Thursday, January 31, 2013

Responding to the Prescription Opioid Problem

Here's my response to a column by Maia Szalavitz on the recent recommendation by an FDA panel to change hydrocodone (Vicodin, Norco and others) from Schedule III (where prescriptions can be phoned or faxed in) to Schedule II (where prescriptions have to be printed.)

You can access her column here.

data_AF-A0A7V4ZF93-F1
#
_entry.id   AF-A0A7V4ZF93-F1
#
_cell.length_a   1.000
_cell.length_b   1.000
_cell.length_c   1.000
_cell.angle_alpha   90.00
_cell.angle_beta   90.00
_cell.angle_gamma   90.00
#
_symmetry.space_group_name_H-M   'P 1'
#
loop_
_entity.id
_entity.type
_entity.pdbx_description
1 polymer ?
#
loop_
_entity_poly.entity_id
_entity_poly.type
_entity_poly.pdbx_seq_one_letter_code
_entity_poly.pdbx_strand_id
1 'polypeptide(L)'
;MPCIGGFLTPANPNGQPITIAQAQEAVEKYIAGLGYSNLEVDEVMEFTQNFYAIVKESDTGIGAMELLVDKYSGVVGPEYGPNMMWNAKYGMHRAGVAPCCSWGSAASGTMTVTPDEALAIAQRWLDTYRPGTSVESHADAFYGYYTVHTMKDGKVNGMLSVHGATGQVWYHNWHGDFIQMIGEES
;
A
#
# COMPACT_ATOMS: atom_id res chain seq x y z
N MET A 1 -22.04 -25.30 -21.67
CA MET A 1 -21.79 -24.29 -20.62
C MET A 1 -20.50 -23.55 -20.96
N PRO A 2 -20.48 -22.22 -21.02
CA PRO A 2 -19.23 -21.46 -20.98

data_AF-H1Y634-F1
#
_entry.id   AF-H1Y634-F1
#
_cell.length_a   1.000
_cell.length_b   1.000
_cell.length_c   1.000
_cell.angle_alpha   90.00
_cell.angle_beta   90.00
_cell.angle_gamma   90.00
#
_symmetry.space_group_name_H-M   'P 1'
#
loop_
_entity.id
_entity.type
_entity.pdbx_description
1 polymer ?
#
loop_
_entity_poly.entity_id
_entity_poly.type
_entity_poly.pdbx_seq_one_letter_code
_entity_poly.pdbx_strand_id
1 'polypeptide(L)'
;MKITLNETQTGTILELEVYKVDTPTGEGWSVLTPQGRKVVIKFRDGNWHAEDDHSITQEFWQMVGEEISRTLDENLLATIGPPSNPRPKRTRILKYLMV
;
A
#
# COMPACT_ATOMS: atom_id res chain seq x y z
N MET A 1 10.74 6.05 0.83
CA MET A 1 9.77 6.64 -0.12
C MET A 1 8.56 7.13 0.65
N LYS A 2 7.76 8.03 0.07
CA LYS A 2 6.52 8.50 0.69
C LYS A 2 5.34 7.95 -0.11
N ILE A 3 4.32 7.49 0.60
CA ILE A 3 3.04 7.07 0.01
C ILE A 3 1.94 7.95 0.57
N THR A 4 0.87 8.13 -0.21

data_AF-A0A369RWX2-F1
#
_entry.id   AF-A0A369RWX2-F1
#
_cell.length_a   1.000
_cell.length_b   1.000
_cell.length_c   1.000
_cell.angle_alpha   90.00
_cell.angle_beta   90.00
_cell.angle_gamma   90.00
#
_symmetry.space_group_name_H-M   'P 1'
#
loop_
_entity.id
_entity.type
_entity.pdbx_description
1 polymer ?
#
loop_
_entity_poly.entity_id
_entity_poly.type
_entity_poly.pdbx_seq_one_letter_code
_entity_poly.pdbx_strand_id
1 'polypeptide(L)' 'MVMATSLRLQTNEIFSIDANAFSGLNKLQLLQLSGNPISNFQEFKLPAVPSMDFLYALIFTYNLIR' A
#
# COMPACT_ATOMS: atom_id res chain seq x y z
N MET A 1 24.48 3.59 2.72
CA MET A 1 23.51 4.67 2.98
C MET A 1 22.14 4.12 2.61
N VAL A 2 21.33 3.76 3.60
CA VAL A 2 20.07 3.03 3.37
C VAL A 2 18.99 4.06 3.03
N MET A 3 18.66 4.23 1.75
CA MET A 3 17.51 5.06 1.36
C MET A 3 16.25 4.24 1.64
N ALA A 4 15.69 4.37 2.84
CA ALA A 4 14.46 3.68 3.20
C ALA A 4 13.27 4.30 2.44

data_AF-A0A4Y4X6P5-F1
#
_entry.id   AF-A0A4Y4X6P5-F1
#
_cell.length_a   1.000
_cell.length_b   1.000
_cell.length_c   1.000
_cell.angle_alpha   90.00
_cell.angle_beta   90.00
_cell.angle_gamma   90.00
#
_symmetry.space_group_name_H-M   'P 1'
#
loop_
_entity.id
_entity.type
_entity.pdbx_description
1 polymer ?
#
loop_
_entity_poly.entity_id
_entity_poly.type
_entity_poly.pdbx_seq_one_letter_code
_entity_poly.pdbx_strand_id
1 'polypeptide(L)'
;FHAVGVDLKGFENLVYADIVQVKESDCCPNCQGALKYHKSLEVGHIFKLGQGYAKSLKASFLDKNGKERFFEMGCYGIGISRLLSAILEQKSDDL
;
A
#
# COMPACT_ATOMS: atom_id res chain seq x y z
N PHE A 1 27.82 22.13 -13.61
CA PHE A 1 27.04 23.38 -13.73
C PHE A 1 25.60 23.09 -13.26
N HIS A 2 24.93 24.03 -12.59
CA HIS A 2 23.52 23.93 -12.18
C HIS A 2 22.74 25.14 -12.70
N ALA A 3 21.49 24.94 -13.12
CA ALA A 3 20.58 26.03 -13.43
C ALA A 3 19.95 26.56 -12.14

I think the idea is to reduce the number of opioid pain medications circulating in the community. Opioids are now the most prescribed medications in the US. Between 1998 and 2008 the number of prescriptions for hydrocodone (the opioid in Vicodin, Norco and others) increased 53%, from about 80 million to 120 million, whereas the increase in other opioids was 20-34%. Hydrocodone accounts for more emergency department visits than any other opioid as well. As someone who treats chronic pain as well as addiction, I don't like the restrictions on schedule II drugs, and I worry about undertreatment of chronic pain. But deaths from overdosing on opioid painkillers has more than tripled since 1990. I think there is a major gap in the continuum of care for people with chronic pain, especially the lack of pain medicine specialists, as opposed to interventional pain specialists, who like to do a lot of very lucrative injections. Strategies to close this gap are needed. As you note, Maia, most opioids used for non-medical purposes come from medications prescribed for someone else. Thus, the strategy to make prescribing them more difficult in order to reduce the availability. The issue is complex and there are no easy solutions. However, one thing I would like to see everyone get behind is that anyone who is addicted to opioids have immediate and affordable access to opioid maintenance therapy with Suboxone or methadone. If we aren't doing that, we aren't getting serious about opioid addiction in America